Exam 3 Study Guide
Exam 3 Study Guide AY 101
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This 4 page Study Guide was uploaded by Alyssa Hendrixson on Thursday March 26, 2015. The Study Guide belongs to AY 101 at University of Alabama - Tuscaloosa taught by Dean Martin Townsley in Winter2015. Since its upload, it has received 141 views. For similar materials see Introduction to Astronomy in Physics 2 at University of Alabama - Tuscaloosa.
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Date Created: 03/26/15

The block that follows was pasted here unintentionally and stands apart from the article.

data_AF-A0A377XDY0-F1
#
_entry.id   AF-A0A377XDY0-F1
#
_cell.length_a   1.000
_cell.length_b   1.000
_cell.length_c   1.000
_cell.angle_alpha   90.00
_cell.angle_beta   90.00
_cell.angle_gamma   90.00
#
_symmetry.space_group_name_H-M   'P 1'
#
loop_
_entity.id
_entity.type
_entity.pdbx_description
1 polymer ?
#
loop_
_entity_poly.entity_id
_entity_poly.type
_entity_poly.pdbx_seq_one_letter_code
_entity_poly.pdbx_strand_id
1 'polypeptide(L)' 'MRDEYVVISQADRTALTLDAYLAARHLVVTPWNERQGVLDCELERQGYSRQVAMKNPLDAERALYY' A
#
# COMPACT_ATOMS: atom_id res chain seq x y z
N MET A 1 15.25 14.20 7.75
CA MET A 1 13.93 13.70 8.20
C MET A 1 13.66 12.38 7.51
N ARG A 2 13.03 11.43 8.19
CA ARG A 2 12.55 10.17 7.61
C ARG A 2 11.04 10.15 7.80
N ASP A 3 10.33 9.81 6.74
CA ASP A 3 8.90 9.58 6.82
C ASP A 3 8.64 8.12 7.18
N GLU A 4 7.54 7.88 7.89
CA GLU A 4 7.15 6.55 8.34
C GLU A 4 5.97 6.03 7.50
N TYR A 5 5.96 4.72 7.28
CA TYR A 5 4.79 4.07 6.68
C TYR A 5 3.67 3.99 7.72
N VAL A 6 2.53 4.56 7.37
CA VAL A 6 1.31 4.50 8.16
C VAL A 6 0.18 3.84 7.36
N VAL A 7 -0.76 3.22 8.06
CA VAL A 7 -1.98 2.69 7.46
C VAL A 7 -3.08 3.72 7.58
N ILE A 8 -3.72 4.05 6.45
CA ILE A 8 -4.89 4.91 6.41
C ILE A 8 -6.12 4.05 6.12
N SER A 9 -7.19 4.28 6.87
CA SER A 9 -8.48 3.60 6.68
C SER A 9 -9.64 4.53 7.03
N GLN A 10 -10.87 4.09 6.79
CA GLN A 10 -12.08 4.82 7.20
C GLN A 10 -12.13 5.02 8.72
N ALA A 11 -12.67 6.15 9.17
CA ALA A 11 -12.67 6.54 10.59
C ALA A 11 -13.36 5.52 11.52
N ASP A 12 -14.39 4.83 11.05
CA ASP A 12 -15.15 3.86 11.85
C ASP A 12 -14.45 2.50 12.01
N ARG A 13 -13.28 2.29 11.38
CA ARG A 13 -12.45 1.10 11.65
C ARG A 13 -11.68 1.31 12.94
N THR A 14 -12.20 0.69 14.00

Measuring Stars The apparent brightness of an object increases as its luminosity increases and decreases as its distance away increases In the magnitude system brighter objects have smaller magnitudes and vice versa The luminosity of a star increases with both area and temperature The only way to clearly measure a stars mass is for it to be in a binary with another star so that the orbit can be measured and the mass of the system inferred Surface Temperature amp Luminosity Notable Stars Luminosity increases with temperature and size Thus among two stars with the same luminosity but different temperatures the lower temperature one must be larger Among mainsequence stars lower surface temperature stars are also lower in mass By contrast although they are low temperature giants have high luminosities compared to the main sequence White dwarfs are both cooler and less luminous than solarlike stars The ionization state or number of electrons on atoms depends on temperature This causes stellar spectra of different temperature stars to show different absorption lines Higher mass stars have shorter lifetimes as main sequence or normal stars fusing hydrogen in their centers That is lifetime decreases with increasing mass Notable Stars Types of Stars and Clusters of Stars The presence of sustained nuclear fusion reactions in the core is the defining characteristic of a star in contrast to for example gas giant planets and sub stellar brown dwarfs Higher mass stars have shorter lifetimes as main sequence or quotnormalquot stars fusing hydrogen in their centers That is lifetime decreases with increasing mass Among mainsequence stars lower surface temperature stars are also lower in mass By contrast although they are low temperature giants have high luminosities compared to the main sequence White dwarfs are both cooler and less luminous than solarlike stars In order to determine if a star of a given temperature is a giant or main sequence star knowledge of either the radius or luminosity is necessary The luminosity of a star can be obtained from its apparent brightness and distance Stars born together in a given cluster will be the same age composition and distance from Earth but with a variety of masses This makes clusters very useful for comparing the properties of stars of different masses The age of a star cluster must be less than the lifetime of all stars still present as normal stars in their corehydrogenburning phase and greater than all stars already gone Higher mass stars in their central hydrogen fusion phase are higher temperature therefore bluer than lower mass stars Inside the Sun Label location of the major structures of the sun core radiative zone convection zone photosphere and corona The turbulent motion in the convection zone is driven by the transport of energy from the interior of the sun to the surface as heated gas rises and cooler gas sinks The equation Emcquot2 expresses the equivalence of energy and matter An amount of energy E can under certain circumstances change into matter particles with an amount of mass m and vice versa Transforming nuclei to be more similar to Iron releases energy by reducing the overall mass of the combined nuclei Stars are powered for nearly all of their lives by nuclear fusion of hydrogen to form helium in their centers The Sun is currently in this core hydrogen fusion stage Nuclear fusion the energy source for the Sun occurs in the solar core where the temperature is highest For fusion to take place particle motion such as thermal motion must overcome the electromagnetic repulsion between nuclei How the Sun Works Solar activity constitutes changes in the magnetic field structure at the surface and in the corona of the Sun Sunspots form at the footpoints of magnetic loops protruding from the sun s surface The spots are cooler than the surrounding solar surface because they are prevented from mixing by the magnetic field The stretching of magnetic fields by the nonuniform rotation of the sun drives the constant changes in magnetic field structure that manifest as solar activity As the thermal and gravitational energy content of a normal star increases its central temperature decreases due to its expansion and vice versa This is the opposite of everyday objects Nuclear fusion is stable inside stars because too much energy input leads to a decrease in central temperature and therefore a decrease in fusion rate and energy input Birth of Stars In order to form stars a molecular cloud must have high enough density for self gravity to act and must be low enough temperature that the selfgravity will win out over the thermal pressure Within any cluster or similar grouping of stars after formation there are many lower mass stars than higher mass stars This extends all the way down to substellar objects As a star contracts the core is compressed and the temperature in the core increases The general stages of star formation in order of their occurrence are collapse from molocular cloud formation of protester and growth via accretion contraction of protester and ignition of hydrogen fusion Objects below about 01 solar masses never become hot enough in their cores for hydrogen fusion Because of this they are considered substellar objects Lives of Low Mass Stars The categorization of high and low mass stars is based on their end products high mass stars become neutron stars or black holes after a supernova low mass stars become white dwarfs without making a supernova The end of the main sequence phase of stellar evolution is marked by the depletion of hydrogen in the star s core As the mass in the inert core of a giant star increases with time the luminosity of the shell source surrounding it also increases A low mass star finally finishes its life and becomes a white dwarf star when it has exhausted its nuclear fuel through a combination of fusing it to heavier elements and losing it in a stellar wind The basic evolution of a low mass star begins with the mainsequence phase followed by the red giant phase and ending as a white dwarf Lives of High Mass Stars When a high mass star dies it will leave behind a neutron star or black hole A low mass star will leave behind a white dwarf Stars are powered for nearly all of their lives by nuclear fusion of hydrogen to form helium in their centers This is also called the quotmain sequencequot phase of their evolution The Sun is currently in this core hydrogen fusion stage Heavier nuclei have higher electric charge than lighter nuclei therefore fusing them together requires higher temperatures in order to overcome the stronger electromagnetic repulsion The creation of a new core burning phase inside a star proceeds through the following events fuel depletion in the core formation of a burning shell around the core contraction of the now inert core raising its temperature eventual ignition of burning in the core Nuclear energy production ceases at the center of a highmass star because an iron core has formed and fusing iron to heavier elements does not release energy The star cannot release any more energy by nuclear fusion When electrons begin to be captured onto protons in the iron core of a massive star the pressure support due to these electrons is lost eventually causing the collapse of the core Stellar Remnants review When a high mass star dies it will leave behind a neutron star or black hole A low mass star will leave behind a white dwarf A white dwarf star is a stellar remnant and differs from a normal star in that it is no longer generating energy from nuclear fusion A white dwarf star is still hot and radiating energy to space and can have more mass than very low mass star Pressure in degenerate matter like that making up a white dwarf star does not depend much on temperature Stars are held up against gravity by their internal pressure Therefore as the temperature of a white dwarf star decreases it stays approximately the same size When a white dwarf or the core of a highmass giant star collapses the protons and electrons merge to form the neutrons that make up the neutron star that is made Since the star was mostly held up by the electrons which are merge with the protons the star becomes much smaller Neutrons have no charge and therefore no electric repulsion This makes it easier for neutrons to get close to each other and to other nuclei Protons and neuclei in general are positively charged and therefore repel one another unless very close From a typical planetary orbit a black holes gravitational field is no different than that of a star with the same mass The difference is that a black hole is very small so that very close to it gravity is quite strong